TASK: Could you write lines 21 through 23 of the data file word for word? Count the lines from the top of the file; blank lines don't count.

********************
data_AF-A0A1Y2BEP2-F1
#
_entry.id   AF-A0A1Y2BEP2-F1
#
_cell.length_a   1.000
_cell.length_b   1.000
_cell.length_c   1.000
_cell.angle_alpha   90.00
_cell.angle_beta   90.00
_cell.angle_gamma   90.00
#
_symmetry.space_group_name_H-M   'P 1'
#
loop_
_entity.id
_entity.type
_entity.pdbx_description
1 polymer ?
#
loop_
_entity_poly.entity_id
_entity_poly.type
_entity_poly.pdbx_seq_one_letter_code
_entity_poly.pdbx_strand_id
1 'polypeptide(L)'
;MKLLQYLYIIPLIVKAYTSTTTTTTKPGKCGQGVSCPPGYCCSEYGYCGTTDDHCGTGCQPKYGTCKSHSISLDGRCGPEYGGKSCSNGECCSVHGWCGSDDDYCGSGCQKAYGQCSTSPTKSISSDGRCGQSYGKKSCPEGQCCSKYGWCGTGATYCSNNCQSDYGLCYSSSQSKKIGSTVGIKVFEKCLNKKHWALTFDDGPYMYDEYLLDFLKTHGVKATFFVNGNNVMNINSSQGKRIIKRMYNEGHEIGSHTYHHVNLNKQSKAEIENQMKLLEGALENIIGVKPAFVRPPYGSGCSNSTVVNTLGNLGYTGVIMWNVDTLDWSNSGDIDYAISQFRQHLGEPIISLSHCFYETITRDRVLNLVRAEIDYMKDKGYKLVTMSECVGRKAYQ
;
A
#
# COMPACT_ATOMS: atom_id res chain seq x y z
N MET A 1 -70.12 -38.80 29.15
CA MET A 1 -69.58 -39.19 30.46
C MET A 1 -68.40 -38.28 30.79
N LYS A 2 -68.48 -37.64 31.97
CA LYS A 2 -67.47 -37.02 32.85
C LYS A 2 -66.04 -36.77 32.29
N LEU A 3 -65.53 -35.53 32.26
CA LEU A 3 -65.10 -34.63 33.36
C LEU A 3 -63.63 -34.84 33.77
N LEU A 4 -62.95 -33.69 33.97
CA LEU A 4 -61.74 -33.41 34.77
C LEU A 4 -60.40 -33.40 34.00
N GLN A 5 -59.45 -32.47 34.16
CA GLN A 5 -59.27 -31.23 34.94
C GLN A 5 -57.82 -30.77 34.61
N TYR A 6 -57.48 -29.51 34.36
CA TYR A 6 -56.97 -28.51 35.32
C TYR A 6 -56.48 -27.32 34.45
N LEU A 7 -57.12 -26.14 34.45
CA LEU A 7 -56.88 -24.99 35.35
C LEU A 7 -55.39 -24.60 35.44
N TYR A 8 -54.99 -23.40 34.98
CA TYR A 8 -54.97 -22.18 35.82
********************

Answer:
_entity_poly.entity_id
_entity_poly.type
_entity_poly.pdbx_seq_one_letter_code